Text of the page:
Sep 14, 2015

Joe Dowling Brings America Home with him in a Gripping Production

Will Dunleavy reviews Joe Dowling's revival of Arthur Miller's timeless play, A View From The Bridge

Will DunleavyDeputy Theatre Editor
Darragh McDonagh

It might seem surprising how uncomfortably relevant Arthur Miller’s A View From The Bridge is to a contemporary audience. On reflection, however, it is not. Revivals of Miller’s great plays are always timely, thanks to the timeless quality of his stories and themes. Therefore, when two illegal immigrants speak of the rough ocean they crossed to arrive in America, the sentiment is sadly pertinent.

In Joe Dowling’s production for the Gate, the writing’s on the wall from the start for Eddie Carbone, a dock worker who agrees to illegally harbour his wife’s Italian cousins, Marco and Rodolpho, in the home he shares with his wife, Bea, and his niece, Catherine. From the switchblade in Eddie’s pocket, to the ever-visible phone booth, it is an early sign of the success of this production that the affectionate opening scenes elicit only to a rising sense of dread. The action teeters excitingly between elation and danger for the first act, particularly in the climactic moments surrounding Eddie’s attempts to teach Rodolpho boxing. However, this tension dissipates during the interval, providing a strong case for an intermissionless staging of the play (as Ivan Van Hove did in his recent, acclaimed National Theatre production).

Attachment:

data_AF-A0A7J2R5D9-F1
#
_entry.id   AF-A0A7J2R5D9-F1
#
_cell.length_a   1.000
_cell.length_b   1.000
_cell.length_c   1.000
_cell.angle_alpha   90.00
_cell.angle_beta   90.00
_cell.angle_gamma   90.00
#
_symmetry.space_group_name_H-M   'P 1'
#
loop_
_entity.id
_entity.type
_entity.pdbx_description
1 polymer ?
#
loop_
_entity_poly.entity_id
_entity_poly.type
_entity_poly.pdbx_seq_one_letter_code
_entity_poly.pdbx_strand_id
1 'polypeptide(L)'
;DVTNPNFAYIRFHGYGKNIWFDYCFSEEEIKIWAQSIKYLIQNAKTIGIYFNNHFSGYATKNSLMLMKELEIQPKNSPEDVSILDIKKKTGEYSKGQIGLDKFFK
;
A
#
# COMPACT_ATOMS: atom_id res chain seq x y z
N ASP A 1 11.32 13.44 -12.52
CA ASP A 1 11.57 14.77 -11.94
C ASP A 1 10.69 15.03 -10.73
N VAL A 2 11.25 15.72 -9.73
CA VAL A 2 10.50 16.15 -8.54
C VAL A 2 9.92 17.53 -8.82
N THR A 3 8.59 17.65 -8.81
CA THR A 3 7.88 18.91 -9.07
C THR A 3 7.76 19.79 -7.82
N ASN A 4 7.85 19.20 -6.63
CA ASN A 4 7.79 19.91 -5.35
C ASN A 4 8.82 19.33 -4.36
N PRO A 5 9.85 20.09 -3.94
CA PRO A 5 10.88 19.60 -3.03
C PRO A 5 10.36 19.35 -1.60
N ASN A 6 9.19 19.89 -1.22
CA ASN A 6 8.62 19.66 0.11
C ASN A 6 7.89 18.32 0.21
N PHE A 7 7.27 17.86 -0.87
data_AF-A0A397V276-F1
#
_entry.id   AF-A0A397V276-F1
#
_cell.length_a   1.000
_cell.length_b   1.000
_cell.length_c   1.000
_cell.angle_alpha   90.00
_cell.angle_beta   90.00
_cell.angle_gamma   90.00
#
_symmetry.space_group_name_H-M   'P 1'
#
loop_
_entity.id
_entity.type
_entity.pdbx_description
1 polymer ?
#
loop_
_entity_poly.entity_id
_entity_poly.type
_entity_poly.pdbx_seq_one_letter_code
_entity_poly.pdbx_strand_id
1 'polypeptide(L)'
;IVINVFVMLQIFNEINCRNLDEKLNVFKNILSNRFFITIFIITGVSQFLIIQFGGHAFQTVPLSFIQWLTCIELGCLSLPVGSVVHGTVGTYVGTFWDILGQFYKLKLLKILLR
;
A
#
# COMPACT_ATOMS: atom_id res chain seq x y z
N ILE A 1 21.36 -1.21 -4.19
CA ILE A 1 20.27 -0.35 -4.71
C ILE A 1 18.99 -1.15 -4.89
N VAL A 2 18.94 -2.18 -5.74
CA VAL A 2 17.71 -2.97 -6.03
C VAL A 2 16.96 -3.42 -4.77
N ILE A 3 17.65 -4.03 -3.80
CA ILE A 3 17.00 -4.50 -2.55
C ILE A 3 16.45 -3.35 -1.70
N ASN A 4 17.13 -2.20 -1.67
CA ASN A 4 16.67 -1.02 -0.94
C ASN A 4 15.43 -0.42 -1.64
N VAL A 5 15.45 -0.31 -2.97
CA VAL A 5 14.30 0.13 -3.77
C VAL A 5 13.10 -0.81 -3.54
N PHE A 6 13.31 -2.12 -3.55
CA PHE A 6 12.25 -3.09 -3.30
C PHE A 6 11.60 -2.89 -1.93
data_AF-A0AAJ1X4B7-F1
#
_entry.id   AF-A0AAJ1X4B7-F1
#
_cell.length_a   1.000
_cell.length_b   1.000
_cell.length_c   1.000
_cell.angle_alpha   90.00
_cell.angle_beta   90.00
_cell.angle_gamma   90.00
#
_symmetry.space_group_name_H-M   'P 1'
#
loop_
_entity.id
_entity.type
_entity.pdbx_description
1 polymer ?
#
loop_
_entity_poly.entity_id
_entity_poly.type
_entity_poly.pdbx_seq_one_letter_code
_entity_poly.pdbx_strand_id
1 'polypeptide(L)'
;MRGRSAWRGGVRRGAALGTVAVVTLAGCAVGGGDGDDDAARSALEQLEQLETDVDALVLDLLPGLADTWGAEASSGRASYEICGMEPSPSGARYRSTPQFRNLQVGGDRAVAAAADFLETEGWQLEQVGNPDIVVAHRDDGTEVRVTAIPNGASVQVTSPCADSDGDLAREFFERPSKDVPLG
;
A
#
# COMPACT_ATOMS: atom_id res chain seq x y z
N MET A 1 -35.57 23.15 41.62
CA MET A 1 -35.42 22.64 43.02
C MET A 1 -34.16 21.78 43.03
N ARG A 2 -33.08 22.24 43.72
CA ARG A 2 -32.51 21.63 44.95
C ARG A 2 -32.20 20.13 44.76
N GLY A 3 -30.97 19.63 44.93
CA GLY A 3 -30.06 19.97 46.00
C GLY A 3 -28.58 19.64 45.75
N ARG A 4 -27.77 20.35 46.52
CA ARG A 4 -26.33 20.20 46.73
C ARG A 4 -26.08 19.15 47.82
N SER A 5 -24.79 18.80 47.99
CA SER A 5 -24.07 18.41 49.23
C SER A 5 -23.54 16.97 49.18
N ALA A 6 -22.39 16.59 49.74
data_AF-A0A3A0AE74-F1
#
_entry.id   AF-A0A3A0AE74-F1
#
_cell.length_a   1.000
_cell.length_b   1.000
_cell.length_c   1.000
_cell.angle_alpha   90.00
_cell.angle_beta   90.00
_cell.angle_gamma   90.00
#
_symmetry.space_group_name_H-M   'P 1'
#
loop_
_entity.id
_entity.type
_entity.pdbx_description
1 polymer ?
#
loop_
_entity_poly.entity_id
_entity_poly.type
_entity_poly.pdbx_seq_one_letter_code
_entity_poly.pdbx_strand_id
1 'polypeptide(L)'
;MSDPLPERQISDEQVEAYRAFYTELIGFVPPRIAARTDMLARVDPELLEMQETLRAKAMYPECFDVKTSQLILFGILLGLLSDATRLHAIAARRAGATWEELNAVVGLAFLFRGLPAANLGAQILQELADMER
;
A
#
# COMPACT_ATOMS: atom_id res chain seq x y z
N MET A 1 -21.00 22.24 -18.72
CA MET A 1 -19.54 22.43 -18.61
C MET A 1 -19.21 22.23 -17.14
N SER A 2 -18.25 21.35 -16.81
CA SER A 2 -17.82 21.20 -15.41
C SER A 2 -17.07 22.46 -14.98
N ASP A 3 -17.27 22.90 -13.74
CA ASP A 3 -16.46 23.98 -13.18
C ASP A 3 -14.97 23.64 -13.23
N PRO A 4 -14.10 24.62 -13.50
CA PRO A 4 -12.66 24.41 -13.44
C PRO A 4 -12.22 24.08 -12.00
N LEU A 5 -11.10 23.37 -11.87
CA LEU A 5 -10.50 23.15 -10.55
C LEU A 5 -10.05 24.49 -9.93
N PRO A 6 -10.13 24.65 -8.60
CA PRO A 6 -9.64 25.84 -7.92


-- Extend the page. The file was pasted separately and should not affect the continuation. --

Scott Aiello’s Eddie is a jovial everyman, and, at first, even his over-protective attitude towards his niece seems comprehensible. Aiello’s vivid facial expressions occasionally resulted in laughter at inappropriate moments, but the authenticity of his performance compensated for his tendency towards over-expressiveness. Aiello and Niamh McCann, as Eddie’s wife, are utterly convincing as a couple struggling to articulate their feelings of confusion and jealousy. Lauren Coe, who plays Catherine, and Joey Phillips, as Rodolpho, are no less accomplished, but their relationship is decidedly less interesting than that of the former couple. Peter Coonan’s Marco proves the only rival to our attentions. At once kindly and menacing, Coonan is absorbing in his few, but significant actions. Bosco Hogan leads a strong supporting cast as the omniscient Mr. Alfieri. Although his decision to disregard dramatic sense by speaking in his own accent (his character lived in Italy until he was twenty-five) is slightly jarring, Hogan’s eminently listenable voice makes you glad it wasn’t diluted.


Deserving of a special mention is Beowulf Boritt (a Broadway favourite) whose set design had me reconsidering the play before it had begun. On entrance, the eponymous bridge appears to be painted on the backdrop at rather awkward angle. That is, until you realise that bridge has been rendered from the perspective of Eddie Carbone and his family who live beneath it. Boritt subtly suggests that it is the audience who are viewing the unfolding tragedy from the bridge, yet are too far removed to prevent it.

With a set designer making his Gate debut and a cast in which three of the five main characters are played by actors making their Gate debut (the other two having only one credit each), Dowling’s production is a breathe of fresh air. An absolutely gripping production throughout with an ending that will have you howling – for more Dowling.

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